2009년 8월 17일 월요일

Enjoying vacation

I still haven't been up to much else except eating, drinking and having a good time. The koshiwon I'm staying at has a really good location, easy to find and close to everything. I'd recommend it to anyone who's looking for a decent place to sleep at a good price.

This is the view from the roof of my accommodation. Due to space restrictions here in Seoul, a lot of people hang their washing up on the rooftops. Those two socks you can see are mine. I bought them for about 50 cents.

And this is Sinchon McDonalds, a prominent landmark and quintessential meeting place for everyone in this region. It's a busy location in the afternoons, with literally hundreds of people waiting around and meeting up with each other to go out for dinner and whatever may follow. If any of you come to visit me here, chances are we'll meet at this place.

So after everyone arrives and pleasantries have been exchanged, the typical Sinchon meetup group will then migrate down the road and loiter outside a restaurant of choice. This is what Sinchon loiterers look like.

That particular night we ate dakgalbi, a kind of fried combination chicken and cabbage concoction that cooks at your table. Sometimes they put cheese in it. Well actually the cheese here isn't real cheese. It's more like rubbery play-dough that vaguely reminds you of cheese.

Then of course you go to a bar and drink until the sun comes up and burns your eyes.

Here's what it looks like when the sun comes up and burns the eyes of those who have stayed out too long.

The subway system in Korea is super-efficient, convenient, clean and logical. It's definately my transport mode of choice. Seoul metro actually employs a team of mathematicians who come up with the best possible timetables to suit the largest number of people. The stations and the trains are all air-conditioned and you're never waiting long.

You can buy normal tickets to board the subway, or you can use T-money. T-money is probably the best invention that Koreans came up with since cyclic-automated-robotic-carparks that stack cars on top of each other to save space. I'll show you one of those in a sec. But anyway, T-money is a card that acts like a credit card for transport on the subway and buses. You just recharge the card when you want, and then you scan it at the turnstiles. It's kind of like a bluetooth system, the card readers instantly deduct what you owe and you don't have to worry about change or anything.

This is how you scan it to enter the subway. You don't even need to take the card out of your wallet, you just scan your wallet and the computer can read it. When you exit the subway you scan it again and it will tell you how much money you have left on it. You can also use it to buy food at mini-marts and make phonecalls from public phones.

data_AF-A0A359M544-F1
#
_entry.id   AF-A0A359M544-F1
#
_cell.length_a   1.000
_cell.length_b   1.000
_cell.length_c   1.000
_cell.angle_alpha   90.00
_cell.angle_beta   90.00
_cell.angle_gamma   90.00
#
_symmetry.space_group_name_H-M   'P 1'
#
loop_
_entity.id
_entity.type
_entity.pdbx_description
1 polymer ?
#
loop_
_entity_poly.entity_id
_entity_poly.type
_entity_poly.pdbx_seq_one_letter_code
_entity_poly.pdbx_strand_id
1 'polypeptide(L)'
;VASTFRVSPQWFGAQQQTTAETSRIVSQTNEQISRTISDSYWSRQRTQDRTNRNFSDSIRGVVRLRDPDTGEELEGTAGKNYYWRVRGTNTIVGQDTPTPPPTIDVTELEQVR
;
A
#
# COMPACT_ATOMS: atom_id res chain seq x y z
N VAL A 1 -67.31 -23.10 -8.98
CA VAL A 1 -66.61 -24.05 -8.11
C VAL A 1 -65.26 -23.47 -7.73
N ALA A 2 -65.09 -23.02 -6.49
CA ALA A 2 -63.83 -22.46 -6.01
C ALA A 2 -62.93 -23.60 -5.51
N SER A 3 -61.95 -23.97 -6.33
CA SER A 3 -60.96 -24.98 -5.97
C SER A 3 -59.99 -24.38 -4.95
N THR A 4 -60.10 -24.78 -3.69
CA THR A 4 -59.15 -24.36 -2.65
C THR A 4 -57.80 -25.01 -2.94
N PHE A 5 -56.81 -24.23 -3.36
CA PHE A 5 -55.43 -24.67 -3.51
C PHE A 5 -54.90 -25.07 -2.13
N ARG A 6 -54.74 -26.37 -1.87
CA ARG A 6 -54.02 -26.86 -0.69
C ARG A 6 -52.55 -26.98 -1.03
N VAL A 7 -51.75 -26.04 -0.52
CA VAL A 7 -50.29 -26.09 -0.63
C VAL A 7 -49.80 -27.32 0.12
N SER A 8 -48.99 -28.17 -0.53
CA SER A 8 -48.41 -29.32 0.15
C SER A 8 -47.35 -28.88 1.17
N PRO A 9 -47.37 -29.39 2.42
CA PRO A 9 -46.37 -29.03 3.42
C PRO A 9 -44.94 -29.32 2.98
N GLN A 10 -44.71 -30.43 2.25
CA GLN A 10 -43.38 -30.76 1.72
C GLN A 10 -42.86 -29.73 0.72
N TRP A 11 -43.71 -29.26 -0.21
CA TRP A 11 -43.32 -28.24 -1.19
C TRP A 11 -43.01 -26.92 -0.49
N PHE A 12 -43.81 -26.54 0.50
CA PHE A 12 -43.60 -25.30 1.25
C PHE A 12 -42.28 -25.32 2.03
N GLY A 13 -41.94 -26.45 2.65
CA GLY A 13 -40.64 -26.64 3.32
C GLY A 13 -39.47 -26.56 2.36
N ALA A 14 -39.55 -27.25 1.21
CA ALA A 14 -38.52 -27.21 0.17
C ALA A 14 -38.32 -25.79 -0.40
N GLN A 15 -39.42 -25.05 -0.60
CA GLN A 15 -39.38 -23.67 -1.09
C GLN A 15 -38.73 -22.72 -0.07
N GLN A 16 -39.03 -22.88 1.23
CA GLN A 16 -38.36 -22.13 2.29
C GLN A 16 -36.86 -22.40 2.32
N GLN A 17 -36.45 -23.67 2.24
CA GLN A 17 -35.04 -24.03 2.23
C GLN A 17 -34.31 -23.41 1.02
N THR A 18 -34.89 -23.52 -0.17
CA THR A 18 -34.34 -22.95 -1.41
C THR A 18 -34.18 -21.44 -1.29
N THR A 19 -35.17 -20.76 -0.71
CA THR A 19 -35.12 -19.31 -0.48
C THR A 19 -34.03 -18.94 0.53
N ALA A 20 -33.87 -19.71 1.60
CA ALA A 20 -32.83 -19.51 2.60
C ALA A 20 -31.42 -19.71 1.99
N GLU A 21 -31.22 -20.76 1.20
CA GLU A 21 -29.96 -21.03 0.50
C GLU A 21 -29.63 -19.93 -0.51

T-money is the greatest. You will learn to love T-money. You will respect the T-money. Do not scold the T-money.

And if the whole T-money thing is too confusing, they even provide plastic bags to suffocate yourself with. Simply place over the head and pull the strings as shown.

And here's the picture I owe you of a cyclic-automated-robotic carpark that stacks cars on top of each other to save space. This whole thing is a robot with a vertical conveyer belt. You just drive into it, get out of your car and put coins in. Then the whole thing rotates like a show ride and your car is stacked up. When you come back you put your pin in and it'll bring your car down for you. Very very cool.

Here we are at a bar again. I have a fair few of these sorts of photos but this one has the guy who hugged Guus Hiddink in it. He actually hugs him in a TV ad they have here. If any of you come to Korea and he's still here, I can introduce you to the guy who hugged Guus Hiddink. For a small fee, he may consider allowing you to hug him too.

Here is my nuna (colloquial expression for older-sister). She doesn't speak any English but she still laughs at what I say. I guess I'm funny in any language?
My Korean hasn't improved much. So far I can only say "Where's the toilet?", "Please give me some beer" and "Where is my beer?"

Yesterday we went to the Lotte World skate rink. This is an ice rink in the middle of an indoor themepark. While I was trying to compose my balance enough to stand still without falling, these little kids were zooming past. But one of the little kids had his helmet on backwards. Hoho.

And here is the King of the Ice, at home in his natural habitat. Shortly before falling backwards and hurting his wrists.

Just kidding, I actually have a remarkable sense of balance when I'm sober.

After a hard days work ice-skating we went and ate samgyeopsal, my favourite bbq type with wrapping leaves, kimchi and a naughty amount of pork fat. The meat has 3 layers of fat, but you can also get ogyeopsal, which has 5. If you don't like eating fat, I usually have enough room left so that it doesn't get wasted.